Smid: The market has needed to harden for some time. As much as you hate seeing loss activity, my hope is that it’s going to force the industry to respond with the rate increases necessary for premium adequacy.
How can the insurance industry address that?
Smid: Unfortunately, much of what drives losses is outside of our control. However, I think that with increased use of data and analytics, we are empowered to make more informed underwriting decisions. Investment in the necessary technology to better harness and process the available information is a step in the right direction.
Chokshi: From a primary perspective, what we’re seeing as significant is that those accounts that are more of an opportunity are beginning to become a bit more complex in nature. To Kim’s point, a lot of the retail division has siphoned off the accounts they don’t want. The way we have to stand out is we have to service it better. We must be quicker in our response times. We can set ourselves apart from some of the things we’re seeing in the marketplace to showcase our skill sets and act more of a pay to partner vs the traditional pay to purchase approach, which adds value to the clients solution-based approach to risk management.
" ...with increased use of data and analytics, we are empowered to make more informed underwriting decisions.
Anything in the market itself that may be an emerging trend or issue?
Smid: We’re seeing more opportunity in the shared economy space. As a society we are moving away from the brick-and-mortar stores and toward online and app-related commerce like Lyft and Uber. The exposure and risk profile of these risks is new and different. For us to succeed, we need to change our perspective and determine the best way to approach these risks and provide a product that addresses their unique needs.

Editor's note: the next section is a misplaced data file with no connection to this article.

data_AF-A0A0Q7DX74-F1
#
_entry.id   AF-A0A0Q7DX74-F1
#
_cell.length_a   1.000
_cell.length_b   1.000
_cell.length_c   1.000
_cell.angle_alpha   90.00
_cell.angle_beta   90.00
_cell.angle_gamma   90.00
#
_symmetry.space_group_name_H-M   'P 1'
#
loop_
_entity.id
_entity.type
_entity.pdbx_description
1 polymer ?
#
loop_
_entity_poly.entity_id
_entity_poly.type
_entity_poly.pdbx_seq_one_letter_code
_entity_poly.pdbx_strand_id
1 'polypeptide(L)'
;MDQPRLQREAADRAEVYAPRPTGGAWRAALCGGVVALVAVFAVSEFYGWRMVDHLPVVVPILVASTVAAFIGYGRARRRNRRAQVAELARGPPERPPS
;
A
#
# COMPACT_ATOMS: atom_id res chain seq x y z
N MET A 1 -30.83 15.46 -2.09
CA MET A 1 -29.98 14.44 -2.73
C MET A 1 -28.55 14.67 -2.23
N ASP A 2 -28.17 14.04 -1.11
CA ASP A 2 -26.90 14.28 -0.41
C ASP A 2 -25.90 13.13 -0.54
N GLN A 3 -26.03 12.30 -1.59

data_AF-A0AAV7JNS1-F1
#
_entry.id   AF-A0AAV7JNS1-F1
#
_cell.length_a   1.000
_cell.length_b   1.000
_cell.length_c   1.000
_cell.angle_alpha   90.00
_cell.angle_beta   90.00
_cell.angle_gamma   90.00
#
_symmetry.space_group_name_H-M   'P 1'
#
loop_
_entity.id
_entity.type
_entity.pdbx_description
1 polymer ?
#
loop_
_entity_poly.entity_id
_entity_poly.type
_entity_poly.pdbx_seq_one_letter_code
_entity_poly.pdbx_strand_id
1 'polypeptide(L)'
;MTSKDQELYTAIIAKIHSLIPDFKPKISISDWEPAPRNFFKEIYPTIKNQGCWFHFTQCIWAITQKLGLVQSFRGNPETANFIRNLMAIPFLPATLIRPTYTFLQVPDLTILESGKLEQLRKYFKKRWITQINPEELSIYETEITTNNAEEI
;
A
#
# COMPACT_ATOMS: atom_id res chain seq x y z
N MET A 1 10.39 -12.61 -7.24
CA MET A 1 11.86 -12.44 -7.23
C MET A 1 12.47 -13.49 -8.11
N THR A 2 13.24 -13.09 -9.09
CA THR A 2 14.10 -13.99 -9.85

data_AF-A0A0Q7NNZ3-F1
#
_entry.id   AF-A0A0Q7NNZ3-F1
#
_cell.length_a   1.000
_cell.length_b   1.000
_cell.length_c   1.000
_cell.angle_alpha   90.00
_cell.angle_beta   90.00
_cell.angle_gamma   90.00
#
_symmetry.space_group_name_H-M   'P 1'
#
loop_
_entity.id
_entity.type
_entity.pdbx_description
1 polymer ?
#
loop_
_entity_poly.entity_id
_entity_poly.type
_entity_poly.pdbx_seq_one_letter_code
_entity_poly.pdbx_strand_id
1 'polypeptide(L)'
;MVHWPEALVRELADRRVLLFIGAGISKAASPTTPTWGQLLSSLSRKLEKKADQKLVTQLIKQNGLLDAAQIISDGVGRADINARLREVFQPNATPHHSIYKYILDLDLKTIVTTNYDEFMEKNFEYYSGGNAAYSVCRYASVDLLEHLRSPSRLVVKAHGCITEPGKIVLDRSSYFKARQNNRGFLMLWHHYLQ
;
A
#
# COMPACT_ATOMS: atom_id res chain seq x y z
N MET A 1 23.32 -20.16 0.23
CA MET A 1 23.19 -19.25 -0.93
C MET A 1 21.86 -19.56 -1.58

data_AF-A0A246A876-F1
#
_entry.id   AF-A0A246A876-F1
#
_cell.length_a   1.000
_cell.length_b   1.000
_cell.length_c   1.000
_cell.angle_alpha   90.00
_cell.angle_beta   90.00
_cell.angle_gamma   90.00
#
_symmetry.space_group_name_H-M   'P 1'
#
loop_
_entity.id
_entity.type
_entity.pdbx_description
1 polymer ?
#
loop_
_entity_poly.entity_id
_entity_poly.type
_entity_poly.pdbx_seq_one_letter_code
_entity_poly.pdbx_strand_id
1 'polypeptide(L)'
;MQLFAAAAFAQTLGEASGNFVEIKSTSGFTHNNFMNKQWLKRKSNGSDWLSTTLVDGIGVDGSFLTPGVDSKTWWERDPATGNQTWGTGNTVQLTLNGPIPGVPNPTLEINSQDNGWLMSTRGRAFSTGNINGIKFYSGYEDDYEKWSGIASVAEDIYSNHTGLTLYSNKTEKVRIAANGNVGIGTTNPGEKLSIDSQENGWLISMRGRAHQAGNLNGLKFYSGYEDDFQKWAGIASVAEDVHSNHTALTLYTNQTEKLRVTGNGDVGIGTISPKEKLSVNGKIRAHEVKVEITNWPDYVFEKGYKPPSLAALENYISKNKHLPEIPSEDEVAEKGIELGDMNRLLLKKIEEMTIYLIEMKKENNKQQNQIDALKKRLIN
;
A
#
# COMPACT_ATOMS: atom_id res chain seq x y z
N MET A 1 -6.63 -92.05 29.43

Chokshi: As an industry, we have been very reactive to change historically. We have to start being more proactive. Also, another issue is the talent pool both exiting and entering the industry. There’s a significant gap in knowledge and skill. How do you continue, with these new, emerging risks coming in, to make sure you have the appropriate talent pool to take care of what’s going on in the future?
What do you hope to see in the market ideally?
Chokshi: I would like to see the value of the brand and the carrier really start to show forth in that relationship. We always align it to buying a high-end car versus a run-of-the-mill vehicle; you pay for what you get. It is important that it is not always about the premium, but about the added value you get out of the product you buy. I’d like to see some alignment there.
Smid: I would like to see a greater appreciation for product offering, brand and claims handling. Premium is a large driver for obvious reasons, but I believe that good claims handling can reduce loss costs and over time positively impact premiums.
Chokshi: One of the ways I think it will get there is as we see some consolidation in the marketplace, the value of the right partner is going to start showing forth and be more wholesome to that industry. The strength of the carrier will be able to showcase not just one product line, but the vast array of lines they can bring. It becomes important for insureds to have a relationship with a carrier that can be that trusted, one-stop source for that insured’s insurance solution.
Kimberly Smid is AXA XL’s head of E&S Excess Casualty and can be reached at Kimberly.Smid@axaxl.com. Ankur Chokshi is head of E&S Primary Casualty Brokerage and Binding for AXA XL. Contact him at Ankur.Chokshi@axaxl.com.